Sing when your codingPosted: 20 March 2007
My Spaceman was Pele and I liked the way in which he controlled the play of the Brazilian team. When we visted the Torpoint Ferry, I focused on the guy who directed the cars onto the ferry. Looking at both of them, it seemed to me that they followed conditional statements; “If first car then send it down the 2nd row”. Because of that, I looked into using code to control and map your actions. From there I started to look into code poems and in particular poems written in Perl. One that I especially liked was the conversion into Perl of the Jabberwocky. Not only does it stay pretty faithful to the original, but the code is also functional. When executing and it reaches one of the warnings, the script spawns a sub-process. It’s almost as if it’s saying “I did warn you about them”. Because of that poem I decided that whatever it was that I made, not only should it read well, but the visuals and its functionality should also be part of it. I also decided to use Processing instead of Perl. Although traditionally code poems seem to be written in Perl, it has been a long time since I last used it and I am VERY rusty.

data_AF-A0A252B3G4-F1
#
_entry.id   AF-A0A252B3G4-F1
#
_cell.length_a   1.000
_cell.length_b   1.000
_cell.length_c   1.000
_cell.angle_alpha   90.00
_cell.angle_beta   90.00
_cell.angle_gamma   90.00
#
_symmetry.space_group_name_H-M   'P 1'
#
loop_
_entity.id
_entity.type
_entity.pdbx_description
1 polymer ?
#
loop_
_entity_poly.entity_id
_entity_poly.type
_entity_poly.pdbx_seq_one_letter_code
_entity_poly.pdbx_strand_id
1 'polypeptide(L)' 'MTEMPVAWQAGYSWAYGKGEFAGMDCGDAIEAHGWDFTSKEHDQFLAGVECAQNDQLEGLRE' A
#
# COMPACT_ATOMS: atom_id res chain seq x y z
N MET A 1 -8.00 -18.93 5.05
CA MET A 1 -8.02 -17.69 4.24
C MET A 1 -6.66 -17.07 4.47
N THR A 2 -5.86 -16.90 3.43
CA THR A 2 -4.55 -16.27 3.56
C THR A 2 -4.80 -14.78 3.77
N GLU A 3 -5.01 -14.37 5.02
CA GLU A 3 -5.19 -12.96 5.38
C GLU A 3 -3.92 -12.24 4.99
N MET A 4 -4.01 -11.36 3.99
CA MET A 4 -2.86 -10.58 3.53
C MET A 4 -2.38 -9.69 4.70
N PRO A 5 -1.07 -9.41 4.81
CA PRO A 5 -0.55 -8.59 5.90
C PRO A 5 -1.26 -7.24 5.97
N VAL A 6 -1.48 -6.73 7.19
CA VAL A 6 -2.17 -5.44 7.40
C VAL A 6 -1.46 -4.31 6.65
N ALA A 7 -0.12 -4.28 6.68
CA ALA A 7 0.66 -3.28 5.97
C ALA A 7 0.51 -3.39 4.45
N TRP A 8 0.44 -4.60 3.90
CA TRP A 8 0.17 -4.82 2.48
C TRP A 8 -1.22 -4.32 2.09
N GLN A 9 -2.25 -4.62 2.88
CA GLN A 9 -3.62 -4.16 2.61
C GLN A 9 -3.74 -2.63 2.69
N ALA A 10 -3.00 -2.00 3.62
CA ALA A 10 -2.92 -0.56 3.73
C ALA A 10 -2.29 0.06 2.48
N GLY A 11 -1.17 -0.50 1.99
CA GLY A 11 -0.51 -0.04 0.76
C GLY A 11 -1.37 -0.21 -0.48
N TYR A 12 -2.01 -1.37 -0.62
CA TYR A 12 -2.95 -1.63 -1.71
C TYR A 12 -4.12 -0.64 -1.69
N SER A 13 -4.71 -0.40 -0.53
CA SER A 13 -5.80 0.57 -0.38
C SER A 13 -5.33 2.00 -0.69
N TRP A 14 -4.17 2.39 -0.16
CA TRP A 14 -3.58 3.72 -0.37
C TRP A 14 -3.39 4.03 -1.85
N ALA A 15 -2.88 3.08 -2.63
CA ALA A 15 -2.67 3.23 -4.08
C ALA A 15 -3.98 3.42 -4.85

I turned my attention back to football and decided to produce something using football chants. Although to the casual observer they’re nothing more than words yelled by grown men who probably should know better, they have as much structure as any software code or poem. A 2 line rhyming chant about the Plymouth Argyle left-back and a member of the opposing side set to “La donna mobile” from the Rigoletto must surely help to prove that. Because chants are as much about the opposite set of fans as it is the match, I decided to have 2 scripts “chanting” at each other as well as random elements such as fouls or goals being scored to help to mix it up.
A short video of the scripts in action is below along with a zip file containing the 2 scripts.
Watch video 16.1MB